Ruptures are being precipitated by fears in the Mahinda Rajapaksa camp, small parties within the (UPFA) and those who contested under the UPFA during the Rajapaksa regime
With the on-going preparations of political parties for the forthcoming local government election the disunity among various groups in the Sri Lanka Freedom Party (SLFP) seems to be intensifying. The imminence of the party splitting is being furthered by two factors- the Mahinda Rajapaksa factor and the small parties within the United Peoples Freedom Alliance (UPFA) as well as those who contested under the UPFA during the Rajapaksa regime.
The fear among hardcore Rajapkasa loyalists within the SLFP they would be sidelined when the lists of candidates are prepared for future elections by the party leadership is justifiable for championing the idea of contesting as a separate group. Some Parliament members such as Prasanna Ranatunga are strongly espousing the idea and creating the groundwork for the implementation of it by openly challenging the party leadership.
The small parties in the UPFA such as the Mahajana Eksath Peramuna (MEP), the Communist Party of Sri Lanka (CPSL) and Lanka Sama Samaja Party (LSSP) and the parties which contested in the past under the UPFA like the National Freedom Front (NFF) do not share any hope of contesting under the UPFA as it has become out of the question, as they have been treated like outcasts by the leadership of the SLFP, the main party in the UPFA coalition. In fact it was these small parties attached to the UPFA that were responsible for creating a rift in the SLFP, by initiating a “bring back Mahinda” campaign soon after former President Mainda Rajapaksa was ousted from power at the presidential election in January 2015. It was this campaign that prevented a recurrence of the rank and file of the SLFP rallying behind the new leader as it happened in 2006.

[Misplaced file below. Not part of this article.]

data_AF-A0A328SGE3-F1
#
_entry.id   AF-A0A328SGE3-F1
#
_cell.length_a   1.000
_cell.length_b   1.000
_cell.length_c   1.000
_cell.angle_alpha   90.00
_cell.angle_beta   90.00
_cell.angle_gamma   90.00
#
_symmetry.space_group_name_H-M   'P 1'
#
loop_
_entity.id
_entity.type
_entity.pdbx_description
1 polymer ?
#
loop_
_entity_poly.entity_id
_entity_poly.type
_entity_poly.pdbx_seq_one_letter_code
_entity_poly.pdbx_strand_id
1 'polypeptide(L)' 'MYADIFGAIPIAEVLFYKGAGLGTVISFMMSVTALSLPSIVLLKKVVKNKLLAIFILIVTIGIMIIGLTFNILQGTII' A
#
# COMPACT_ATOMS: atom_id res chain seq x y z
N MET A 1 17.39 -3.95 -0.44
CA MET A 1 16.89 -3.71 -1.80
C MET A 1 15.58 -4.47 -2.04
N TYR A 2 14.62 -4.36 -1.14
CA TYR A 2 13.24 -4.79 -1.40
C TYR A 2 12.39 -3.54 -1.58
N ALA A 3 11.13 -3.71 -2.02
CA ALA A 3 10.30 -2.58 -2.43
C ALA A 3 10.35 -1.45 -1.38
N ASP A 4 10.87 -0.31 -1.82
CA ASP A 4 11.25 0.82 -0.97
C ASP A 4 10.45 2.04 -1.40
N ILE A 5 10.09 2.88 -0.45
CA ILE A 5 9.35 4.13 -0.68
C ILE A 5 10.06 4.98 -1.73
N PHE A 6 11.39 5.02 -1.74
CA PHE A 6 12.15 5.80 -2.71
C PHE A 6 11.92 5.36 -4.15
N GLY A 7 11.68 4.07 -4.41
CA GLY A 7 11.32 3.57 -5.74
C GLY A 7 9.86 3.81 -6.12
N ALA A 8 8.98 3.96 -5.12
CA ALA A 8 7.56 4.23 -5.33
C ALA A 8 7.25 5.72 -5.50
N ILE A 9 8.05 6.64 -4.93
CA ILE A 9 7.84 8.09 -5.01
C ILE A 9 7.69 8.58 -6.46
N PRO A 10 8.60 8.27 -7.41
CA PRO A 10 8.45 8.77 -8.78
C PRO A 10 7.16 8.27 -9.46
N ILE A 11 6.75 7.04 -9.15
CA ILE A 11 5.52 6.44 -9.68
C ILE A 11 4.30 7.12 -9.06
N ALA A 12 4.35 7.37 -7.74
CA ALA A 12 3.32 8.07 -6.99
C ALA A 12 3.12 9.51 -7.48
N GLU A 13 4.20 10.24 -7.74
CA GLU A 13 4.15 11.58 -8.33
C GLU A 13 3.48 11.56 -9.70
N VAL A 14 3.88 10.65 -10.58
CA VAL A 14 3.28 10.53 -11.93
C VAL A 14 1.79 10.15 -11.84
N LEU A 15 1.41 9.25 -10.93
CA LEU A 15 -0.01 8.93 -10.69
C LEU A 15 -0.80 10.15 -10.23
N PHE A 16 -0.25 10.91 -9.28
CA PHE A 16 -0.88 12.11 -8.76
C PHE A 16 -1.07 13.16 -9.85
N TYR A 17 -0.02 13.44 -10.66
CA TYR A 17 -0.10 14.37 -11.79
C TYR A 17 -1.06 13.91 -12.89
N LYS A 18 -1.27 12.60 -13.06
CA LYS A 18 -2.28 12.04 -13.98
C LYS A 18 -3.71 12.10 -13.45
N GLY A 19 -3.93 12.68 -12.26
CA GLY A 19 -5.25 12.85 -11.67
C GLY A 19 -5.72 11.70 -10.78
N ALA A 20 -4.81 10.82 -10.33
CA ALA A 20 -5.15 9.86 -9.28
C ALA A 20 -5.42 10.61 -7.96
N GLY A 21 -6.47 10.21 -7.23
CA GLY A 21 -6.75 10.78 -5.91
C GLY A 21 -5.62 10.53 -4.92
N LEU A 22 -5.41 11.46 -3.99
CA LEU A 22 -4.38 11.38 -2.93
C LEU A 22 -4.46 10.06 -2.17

In 2005, when Mahinda Rajapaksa was chosen as the UPFA presidential candidate there was a cold -war between him and incumbent President Chandrika Kumaratunga. The majority members of the coalition in Parliament as well as provincial councils sided the President, but only up to the time Rajapaksa ran for the Presidency. After Rajapaksa was voted into power even hardcore Chandrika loyalists wholeheartedly backed the new leader and supported the move by Rajapaksa to oust her from the party chairpersonship. Had Kumaratunga expressed her willingness to continue in active politics then,there could have been a group to continue to support her, leading the party to split or at least as a small breakaway group being formed.